Bladder Reconstruction Rates Differ among Centers Participating in National Spina Bifida Patient Registry.
We performed an exploratory analysis of data from the NSBPR (National Spina Bifida Patient Registry) to assess variation in the frequency of bladder reconstruction surgeries among NSBPR centers.We queried the 2009-2014 NSBPR to identify patients who had ever undergone bladder reconstruction surgeries. We evaluated demographic characteristics, spina bifida type, functional level, mobility and NSBPR center to determine whether any of these factors were associated with reconstructive surgery rates. Multivariable logistic regression was used to simultaneously adjust for the impact of these factors.We identified 5,528 patients with spina bifida enrolled in the NSBPR. Of these patients 1,129 (20.4%) underwent bladder reconstruction (703 augmentation, 382 continent catheterizable channel, 189 bladder outlet procedure). Surgical patients were more likely older, female, nonHispanic white, with a higher lesion level, myelomeningocele diagnosis, nonambulators (all p <0.001) and nonprivately insured (p=0.018). Bladder reconstruction surgery rates varied among NSBPR centers (range 12.1% to 37.9%, p <0.001). After correcting for known confounders NSBPR center, spina bifida type, mobility, gender and age (all p <0.001) were significant predictors of surgical intervention. Race (p=0.19) and insurance status (p=0.11) were not associated with surgical intervention.There is significant variation in rates of bladder reconstruction surgery among NSBPR centers. In addition to clinical factors such as mobility status, lesion type and lesion level, nonclinical factors such as patient age, gender and treating center are also associated with the likelihood of an individual undergoing bladder reconstruction.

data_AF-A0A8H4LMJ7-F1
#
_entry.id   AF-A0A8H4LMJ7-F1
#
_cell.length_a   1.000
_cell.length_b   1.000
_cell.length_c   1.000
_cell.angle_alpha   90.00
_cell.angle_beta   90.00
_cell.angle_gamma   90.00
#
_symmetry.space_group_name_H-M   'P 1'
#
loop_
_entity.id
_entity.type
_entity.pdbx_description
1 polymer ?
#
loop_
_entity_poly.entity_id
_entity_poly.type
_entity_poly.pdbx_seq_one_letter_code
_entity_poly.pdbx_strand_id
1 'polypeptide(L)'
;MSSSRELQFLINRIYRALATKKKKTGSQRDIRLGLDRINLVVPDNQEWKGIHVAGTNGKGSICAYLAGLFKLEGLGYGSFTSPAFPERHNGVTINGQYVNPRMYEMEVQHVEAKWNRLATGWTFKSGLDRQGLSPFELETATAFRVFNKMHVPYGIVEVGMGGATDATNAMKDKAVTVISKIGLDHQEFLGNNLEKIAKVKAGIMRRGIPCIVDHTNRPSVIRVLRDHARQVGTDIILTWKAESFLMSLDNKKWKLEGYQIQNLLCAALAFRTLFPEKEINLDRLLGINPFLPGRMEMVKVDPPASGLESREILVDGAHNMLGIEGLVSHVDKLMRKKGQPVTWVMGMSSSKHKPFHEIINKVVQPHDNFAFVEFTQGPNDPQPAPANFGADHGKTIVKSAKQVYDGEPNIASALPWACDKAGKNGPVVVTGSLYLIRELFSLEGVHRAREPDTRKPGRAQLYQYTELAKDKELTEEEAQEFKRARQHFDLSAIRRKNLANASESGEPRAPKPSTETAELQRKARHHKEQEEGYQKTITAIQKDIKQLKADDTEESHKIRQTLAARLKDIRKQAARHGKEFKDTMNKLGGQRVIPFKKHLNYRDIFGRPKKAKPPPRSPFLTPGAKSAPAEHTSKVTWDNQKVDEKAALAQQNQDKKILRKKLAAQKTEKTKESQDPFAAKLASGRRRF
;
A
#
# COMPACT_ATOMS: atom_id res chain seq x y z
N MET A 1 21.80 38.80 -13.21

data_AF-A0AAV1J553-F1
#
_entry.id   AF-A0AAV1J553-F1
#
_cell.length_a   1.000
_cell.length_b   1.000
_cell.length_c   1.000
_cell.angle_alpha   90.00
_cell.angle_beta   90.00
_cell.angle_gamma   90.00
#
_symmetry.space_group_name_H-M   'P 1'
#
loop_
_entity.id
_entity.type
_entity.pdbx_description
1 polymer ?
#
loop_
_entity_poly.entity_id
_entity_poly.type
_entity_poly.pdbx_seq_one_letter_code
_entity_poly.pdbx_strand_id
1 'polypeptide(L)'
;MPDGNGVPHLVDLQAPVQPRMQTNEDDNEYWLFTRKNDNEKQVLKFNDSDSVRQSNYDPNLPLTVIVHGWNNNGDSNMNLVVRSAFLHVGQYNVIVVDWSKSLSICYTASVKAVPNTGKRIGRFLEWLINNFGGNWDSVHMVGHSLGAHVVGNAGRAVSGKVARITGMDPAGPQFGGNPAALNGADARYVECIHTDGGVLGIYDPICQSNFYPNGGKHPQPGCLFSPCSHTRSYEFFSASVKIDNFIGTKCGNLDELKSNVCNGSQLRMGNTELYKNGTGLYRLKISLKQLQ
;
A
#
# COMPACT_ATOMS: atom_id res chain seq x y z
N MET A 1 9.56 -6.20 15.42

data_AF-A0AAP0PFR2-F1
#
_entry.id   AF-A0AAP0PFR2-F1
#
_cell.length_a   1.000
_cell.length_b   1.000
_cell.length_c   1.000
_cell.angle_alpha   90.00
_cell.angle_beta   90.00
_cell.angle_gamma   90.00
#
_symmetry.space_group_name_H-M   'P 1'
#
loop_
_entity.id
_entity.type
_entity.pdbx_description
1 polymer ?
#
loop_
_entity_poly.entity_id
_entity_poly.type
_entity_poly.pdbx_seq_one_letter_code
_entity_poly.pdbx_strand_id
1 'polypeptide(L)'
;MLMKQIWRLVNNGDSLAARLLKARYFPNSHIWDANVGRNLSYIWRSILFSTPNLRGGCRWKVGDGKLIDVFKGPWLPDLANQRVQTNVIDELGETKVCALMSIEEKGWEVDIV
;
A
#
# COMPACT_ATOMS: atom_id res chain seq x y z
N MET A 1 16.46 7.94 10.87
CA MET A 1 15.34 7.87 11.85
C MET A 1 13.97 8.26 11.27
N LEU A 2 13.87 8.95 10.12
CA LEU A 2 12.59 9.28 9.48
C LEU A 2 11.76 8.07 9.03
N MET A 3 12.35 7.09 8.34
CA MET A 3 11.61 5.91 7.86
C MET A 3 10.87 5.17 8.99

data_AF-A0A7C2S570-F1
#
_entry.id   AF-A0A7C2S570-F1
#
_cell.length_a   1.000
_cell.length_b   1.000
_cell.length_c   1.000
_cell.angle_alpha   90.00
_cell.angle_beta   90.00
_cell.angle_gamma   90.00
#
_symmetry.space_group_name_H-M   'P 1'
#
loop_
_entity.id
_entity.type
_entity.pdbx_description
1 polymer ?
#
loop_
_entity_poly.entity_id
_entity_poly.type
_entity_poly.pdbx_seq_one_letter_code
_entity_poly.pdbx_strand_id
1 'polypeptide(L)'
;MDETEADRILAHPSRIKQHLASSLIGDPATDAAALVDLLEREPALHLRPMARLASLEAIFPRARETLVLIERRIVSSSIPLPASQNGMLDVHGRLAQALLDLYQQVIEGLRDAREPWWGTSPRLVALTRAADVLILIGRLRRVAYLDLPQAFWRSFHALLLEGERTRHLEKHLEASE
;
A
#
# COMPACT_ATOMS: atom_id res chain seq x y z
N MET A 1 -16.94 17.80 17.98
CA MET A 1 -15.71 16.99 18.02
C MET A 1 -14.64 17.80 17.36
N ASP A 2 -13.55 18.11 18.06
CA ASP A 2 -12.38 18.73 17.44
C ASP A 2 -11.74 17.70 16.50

Routh, JC, Joseph, DB, Liu, T, Schechter, MS, Thibadeau, JK, Wallis, MC, Ward, EA, and Wiener, JS. "Bladder Reconstruction Rates Differ among Centers Participating in National Spina Bifida Patient Registry." The Journal of urology 199, no. 1 (January 2018): 268-273.